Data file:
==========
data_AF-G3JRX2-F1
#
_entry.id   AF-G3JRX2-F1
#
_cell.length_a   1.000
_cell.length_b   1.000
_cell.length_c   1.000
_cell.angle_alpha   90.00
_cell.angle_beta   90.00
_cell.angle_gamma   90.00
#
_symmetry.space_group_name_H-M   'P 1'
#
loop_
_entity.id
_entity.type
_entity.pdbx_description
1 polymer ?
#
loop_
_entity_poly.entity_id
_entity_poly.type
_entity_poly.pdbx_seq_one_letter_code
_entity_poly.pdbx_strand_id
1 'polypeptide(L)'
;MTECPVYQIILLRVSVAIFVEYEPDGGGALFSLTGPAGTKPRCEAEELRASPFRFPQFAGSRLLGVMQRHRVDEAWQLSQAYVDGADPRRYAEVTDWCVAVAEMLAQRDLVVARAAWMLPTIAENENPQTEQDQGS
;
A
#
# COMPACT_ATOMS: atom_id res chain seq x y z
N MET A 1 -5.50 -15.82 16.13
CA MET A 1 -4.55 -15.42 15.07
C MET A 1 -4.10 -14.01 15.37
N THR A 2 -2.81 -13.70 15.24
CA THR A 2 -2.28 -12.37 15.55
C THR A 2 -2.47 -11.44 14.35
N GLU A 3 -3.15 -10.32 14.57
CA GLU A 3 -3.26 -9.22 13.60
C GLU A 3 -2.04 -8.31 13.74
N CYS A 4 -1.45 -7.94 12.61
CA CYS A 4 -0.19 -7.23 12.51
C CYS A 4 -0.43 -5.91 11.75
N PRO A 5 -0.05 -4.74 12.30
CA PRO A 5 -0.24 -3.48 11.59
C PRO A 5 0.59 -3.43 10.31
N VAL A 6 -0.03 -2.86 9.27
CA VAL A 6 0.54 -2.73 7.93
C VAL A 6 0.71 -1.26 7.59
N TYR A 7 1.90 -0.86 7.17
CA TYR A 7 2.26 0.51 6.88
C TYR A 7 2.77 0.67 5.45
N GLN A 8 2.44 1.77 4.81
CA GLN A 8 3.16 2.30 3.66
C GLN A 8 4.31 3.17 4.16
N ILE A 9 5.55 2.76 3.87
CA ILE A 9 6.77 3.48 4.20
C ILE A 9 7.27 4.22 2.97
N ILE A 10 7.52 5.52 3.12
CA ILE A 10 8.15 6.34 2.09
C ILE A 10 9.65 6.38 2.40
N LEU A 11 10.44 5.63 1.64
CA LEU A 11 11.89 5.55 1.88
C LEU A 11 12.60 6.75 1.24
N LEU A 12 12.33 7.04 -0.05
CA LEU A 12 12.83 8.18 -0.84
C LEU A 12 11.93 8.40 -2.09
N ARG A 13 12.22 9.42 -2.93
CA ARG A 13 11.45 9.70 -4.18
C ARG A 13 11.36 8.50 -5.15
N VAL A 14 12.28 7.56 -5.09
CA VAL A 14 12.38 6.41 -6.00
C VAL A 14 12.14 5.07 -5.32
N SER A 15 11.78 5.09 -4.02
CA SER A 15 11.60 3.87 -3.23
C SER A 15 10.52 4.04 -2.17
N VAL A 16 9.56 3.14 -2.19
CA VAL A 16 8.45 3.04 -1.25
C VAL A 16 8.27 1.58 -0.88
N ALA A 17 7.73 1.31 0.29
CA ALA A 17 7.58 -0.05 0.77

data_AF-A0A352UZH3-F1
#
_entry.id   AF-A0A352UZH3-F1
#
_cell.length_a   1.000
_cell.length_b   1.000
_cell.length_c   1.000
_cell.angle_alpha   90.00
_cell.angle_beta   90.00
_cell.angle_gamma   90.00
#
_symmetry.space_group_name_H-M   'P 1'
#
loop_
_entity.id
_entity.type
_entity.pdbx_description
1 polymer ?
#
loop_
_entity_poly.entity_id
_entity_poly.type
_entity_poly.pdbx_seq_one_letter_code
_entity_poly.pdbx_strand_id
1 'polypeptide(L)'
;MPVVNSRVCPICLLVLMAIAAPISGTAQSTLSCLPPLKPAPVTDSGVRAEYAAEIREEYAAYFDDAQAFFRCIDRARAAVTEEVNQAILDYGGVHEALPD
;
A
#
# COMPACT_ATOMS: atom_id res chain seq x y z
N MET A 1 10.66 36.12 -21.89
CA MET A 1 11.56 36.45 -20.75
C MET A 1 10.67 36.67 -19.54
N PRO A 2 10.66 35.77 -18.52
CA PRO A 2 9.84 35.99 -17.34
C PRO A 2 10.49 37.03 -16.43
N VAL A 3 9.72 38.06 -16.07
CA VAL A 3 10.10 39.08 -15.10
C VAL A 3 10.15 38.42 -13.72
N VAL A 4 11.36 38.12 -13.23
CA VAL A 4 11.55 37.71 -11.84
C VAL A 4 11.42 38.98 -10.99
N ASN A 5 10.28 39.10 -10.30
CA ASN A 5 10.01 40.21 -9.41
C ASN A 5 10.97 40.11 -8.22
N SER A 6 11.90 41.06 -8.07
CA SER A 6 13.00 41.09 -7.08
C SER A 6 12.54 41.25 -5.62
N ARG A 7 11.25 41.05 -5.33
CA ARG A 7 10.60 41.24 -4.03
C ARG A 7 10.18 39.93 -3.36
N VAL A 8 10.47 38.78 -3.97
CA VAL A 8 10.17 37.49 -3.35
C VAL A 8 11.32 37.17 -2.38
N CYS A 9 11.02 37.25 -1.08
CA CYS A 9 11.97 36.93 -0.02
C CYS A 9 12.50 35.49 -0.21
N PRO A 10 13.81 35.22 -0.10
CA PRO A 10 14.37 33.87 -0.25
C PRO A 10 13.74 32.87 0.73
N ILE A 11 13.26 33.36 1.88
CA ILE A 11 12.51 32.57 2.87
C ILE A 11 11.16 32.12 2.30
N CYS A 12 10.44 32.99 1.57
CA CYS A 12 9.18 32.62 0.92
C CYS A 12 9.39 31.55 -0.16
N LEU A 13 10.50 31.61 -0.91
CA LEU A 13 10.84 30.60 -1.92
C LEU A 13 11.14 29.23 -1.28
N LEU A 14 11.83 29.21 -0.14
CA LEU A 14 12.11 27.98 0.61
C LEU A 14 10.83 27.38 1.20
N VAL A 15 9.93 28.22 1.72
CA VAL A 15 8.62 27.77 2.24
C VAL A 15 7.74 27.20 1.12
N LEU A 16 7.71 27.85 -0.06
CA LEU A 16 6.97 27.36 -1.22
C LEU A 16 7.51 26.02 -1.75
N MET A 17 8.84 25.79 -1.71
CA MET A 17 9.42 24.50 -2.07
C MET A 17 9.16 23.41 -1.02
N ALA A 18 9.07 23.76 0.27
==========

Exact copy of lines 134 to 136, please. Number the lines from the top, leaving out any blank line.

C VAL A 8 11.32 37.17 -2.38
N CYS A 9 11.02 37.25 -1.08
CA CYS A 9 11.97 36.93 -0.02